Shamans, Sucre, Bolivia, South America

More posts on Bolivia.


Peru

Peru travel route, South America

12. Machu Picchu – Salkantay 5-day trek

I’ve never met anyone that didn’t want to see magnificent Machu Picchu at least once in their lifetime – have you?

Acclimatise in bustling and touristy Cusco first before organising your trek to Machu Picchu. The demanding 75-kilometre 5-day Salkantay Trek takes you from 2,700-metres until you climb to over 4,600-metres. From hot steamy jungle and gorgeous valleys to freezing snowing conditions – but the scenery will leave you breathless.

Machu Picchu, Peru, South America

13. Arequipa – colonial architecture

Amazing Arequipa is aptly named the ‘White City’ because of its dazzling Spanish-influenced white architecture, but also hosts wonderful museums and indigenous craft markets.

One of those cities that you instantly fall in love with, Arequipa is my favourite city in Peru and from where you organise your intrepid trekking adventures.

Plaza de Armas, Arequipa, Peru, South America

14. Colca Canyon trekking

Rated as a ‘moderate’ trek, I found the 3-day trek Colca Canyon challenging and rate the last day’s vertical 5-kilometre trek back up the canyon as ‘difficult’.

The dramatic vistas whilst spotting majestic Condors swooping down within metres of your head is definitely worth the pain and muscle burn.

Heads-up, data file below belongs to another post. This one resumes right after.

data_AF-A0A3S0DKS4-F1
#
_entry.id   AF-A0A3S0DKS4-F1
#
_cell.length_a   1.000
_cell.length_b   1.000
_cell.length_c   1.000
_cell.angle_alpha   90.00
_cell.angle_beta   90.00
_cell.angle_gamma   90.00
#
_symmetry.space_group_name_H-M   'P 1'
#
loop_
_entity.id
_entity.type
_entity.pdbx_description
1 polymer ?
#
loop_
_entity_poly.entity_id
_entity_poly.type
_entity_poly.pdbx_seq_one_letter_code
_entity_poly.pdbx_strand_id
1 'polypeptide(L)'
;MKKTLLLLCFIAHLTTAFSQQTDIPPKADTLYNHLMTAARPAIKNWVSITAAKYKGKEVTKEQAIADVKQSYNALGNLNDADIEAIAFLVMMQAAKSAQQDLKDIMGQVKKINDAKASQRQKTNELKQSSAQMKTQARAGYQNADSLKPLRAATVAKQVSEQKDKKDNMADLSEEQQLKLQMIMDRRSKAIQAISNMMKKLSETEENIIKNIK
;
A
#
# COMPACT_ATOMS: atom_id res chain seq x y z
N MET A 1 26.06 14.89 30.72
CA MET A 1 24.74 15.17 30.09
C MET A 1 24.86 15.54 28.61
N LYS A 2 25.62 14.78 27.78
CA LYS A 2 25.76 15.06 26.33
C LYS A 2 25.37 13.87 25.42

Colca Canyon trek, Peru, South America

15. Tri-border, Amazon – 3-day barge

For those of you that crave a unique intrepid and non-touristy adventure, then take the 3-day rustic barge into the Amazon River to balmy Iquitos – followed by a crammed speedboat to the unsavoury Tri-border where Peru, Colombia, and Brazil converge.

Be blown away by isolated village life whilst gliding along the Amazon trying to spot the elusive pink dolphin.

Yurimaguas, Peru, South America

16. Puno – Sillustani burial tombs

You either love or hate Puno.

At over 3,800 metres high, situated between mountains and Lake Titicaca’s shores, Puno is more of a transit hub between Peru and Bolivia.

I’ve included Puno as it’s the base for exploring Islands in Lake Titicaca and the intriguing Sillustani burial tombs believed to be the “ancient Peruvian graveyard of wizards” – one theory anyway.

Sillustani Tombs, Peru, South America

More posts on Peru.


Ecuador

2 weeks in Ecuador, South America

17. Unwind in Baños de Agua Santa

Locals flock to Baños not only to relax with some soothing hydrotherapy in the famous Virgen Hot Springs, whilst gazing across to the calming cascading waterfall but also for exhilarating extreme sports and numerous colourful parades.

Baños de Agua Santa, Ecuador, South America

18. Cuenca – home of the Panama hat

Stunning colonial architecture and home of the Panama hat – be captivated by a tapestry of local Andean faces and Cuenca’s abundant history.

Panama Hats, Cuenca, Ecuador, South America

19. Loja – relax

Underrated laid-back Loja exudes a pleasantly relaxed feel and judging by the inquisitive stares from locals, the town doesn’t see too many gringos.